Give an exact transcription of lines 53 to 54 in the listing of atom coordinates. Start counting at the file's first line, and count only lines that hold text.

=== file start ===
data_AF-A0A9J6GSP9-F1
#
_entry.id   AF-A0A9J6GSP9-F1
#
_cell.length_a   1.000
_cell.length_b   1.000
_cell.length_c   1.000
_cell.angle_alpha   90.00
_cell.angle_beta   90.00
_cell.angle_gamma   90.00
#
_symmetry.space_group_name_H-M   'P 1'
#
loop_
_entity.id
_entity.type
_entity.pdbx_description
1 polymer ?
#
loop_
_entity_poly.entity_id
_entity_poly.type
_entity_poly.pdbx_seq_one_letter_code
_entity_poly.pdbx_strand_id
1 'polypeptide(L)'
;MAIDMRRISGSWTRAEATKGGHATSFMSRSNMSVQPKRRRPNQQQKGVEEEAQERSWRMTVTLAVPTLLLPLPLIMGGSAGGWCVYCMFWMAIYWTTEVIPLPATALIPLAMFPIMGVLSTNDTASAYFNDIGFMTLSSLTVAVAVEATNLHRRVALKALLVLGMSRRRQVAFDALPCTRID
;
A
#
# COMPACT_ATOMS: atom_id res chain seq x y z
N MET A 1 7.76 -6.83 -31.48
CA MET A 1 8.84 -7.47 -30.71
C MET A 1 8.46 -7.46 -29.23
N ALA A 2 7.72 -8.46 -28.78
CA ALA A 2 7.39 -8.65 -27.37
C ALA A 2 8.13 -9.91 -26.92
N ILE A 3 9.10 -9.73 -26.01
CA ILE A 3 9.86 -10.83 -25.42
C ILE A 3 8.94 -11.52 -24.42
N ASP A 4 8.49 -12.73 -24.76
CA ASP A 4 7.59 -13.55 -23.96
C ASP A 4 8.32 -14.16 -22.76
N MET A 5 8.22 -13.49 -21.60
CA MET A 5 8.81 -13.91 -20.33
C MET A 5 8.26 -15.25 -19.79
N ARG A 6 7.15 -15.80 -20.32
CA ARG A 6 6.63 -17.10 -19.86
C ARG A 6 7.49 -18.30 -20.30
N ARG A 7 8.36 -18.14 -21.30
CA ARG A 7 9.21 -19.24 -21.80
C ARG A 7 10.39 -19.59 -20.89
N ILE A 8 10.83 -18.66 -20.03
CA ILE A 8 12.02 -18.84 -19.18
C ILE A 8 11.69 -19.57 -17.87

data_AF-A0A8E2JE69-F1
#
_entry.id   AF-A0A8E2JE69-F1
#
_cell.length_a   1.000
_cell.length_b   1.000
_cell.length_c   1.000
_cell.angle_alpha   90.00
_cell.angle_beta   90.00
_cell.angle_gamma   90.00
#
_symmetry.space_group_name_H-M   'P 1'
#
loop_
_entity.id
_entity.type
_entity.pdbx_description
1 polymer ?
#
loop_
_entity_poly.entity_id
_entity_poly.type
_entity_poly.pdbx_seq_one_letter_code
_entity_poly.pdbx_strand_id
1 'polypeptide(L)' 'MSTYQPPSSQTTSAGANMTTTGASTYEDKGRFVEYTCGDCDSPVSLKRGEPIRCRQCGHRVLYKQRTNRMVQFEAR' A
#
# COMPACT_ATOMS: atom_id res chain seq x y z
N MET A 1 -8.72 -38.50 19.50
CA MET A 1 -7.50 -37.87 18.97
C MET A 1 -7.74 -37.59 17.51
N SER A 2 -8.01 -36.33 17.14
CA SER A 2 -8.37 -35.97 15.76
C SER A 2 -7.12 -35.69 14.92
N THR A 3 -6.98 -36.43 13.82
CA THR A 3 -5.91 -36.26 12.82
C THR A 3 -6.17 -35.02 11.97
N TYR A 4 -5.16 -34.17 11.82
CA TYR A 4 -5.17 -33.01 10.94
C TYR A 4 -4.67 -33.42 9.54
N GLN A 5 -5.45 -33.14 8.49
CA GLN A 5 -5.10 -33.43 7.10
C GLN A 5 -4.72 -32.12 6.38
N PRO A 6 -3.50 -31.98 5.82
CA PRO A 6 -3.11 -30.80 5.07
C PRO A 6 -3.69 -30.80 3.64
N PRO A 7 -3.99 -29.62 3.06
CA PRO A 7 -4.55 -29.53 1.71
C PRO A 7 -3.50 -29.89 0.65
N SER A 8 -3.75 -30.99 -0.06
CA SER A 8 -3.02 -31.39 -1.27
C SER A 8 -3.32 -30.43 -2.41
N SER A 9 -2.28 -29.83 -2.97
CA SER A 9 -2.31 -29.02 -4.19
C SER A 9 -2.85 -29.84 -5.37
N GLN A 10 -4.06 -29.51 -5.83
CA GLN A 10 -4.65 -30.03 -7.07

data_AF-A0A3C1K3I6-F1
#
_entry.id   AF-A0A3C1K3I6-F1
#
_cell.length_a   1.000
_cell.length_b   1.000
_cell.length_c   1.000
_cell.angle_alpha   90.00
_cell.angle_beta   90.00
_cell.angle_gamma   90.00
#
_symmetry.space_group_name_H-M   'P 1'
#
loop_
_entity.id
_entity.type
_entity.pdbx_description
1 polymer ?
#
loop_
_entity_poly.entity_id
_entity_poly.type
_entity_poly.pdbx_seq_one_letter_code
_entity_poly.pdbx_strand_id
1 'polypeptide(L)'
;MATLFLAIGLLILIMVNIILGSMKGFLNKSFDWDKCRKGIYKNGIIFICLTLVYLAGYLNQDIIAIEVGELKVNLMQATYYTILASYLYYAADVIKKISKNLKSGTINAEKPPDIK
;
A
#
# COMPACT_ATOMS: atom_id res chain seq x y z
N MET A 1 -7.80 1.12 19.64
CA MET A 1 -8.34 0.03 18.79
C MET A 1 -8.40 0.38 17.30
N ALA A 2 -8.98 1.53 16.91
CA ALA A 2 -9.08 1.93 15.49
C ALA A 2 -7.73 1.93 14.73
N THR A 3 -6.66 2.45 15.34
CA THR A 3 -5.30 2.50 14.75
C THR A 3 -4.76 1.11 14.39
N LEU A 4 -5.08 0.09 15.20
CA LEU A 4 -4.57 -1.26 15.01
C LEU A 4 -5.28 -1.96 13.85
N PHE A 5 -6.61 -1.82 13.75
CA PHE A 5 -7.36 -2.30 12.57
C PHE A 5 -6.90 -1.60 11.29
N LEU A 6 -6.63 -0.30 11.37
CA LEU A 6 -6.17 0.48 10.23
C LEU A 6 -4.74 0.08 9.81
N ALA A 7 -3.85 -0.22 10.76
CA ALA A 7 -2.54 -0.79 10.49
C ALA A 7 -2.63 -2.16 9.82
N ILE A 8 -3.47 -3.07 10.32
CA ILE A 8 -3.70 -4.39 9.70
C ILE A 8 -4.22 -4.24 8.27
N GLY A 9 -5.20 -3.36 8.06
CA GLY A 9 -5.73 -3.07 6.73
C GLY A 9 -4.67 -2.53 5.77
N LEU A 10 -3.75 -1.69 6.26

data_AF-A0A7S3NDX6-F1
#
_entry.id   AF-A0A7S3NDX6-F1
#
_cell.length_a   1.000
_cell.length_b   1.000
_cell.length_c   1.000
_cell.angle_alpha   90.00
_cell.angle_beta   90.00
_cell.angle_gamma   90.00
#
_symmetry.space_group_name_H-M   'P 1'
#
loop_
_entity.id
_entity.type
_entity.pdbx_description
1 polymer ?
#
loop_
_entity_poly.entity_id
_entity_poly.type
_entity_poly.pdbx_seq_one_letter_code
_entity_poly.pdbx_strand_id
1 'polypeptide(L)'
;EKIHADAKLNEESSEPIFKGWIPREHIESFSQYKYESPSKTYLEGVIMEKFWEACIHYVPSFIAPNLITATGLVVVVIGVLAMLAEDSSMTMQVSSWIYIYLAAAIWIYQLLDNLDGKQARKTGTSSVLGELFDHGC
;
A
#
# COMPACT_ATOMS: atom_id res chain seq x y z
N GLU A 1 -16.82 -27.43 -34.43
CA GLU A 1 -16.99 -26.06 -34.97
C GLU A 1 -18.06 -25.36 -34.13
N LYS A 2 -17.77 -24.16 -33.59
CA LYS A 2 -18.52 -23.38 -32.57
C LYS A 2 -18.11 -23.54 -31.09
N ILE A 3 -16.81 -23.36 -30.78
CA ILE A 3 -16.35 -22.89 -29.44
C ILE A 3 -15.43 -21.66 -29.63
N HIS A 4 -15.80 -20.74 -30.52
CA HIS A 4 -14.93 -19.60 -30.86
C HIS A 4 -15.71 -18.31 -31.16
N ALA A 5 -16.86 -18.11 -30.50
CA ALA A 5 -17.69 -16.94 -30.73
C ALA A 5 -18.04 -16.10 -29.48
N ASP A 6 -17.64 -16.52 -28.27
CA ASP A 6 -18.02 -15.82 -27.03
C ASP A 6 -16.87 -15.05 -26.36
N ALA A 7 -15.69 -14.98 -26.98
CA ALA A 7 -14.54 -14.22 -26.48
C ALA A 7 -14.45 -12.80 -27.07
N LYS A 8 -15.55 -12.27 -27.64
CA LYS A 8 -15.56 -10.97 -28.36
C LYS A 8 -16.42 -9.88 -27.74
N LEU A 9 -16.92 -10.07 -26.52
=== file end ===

CA ILE A 8 12.02 -18.84 -19.18
C ILE A 8 11.69 -19.57 -17.87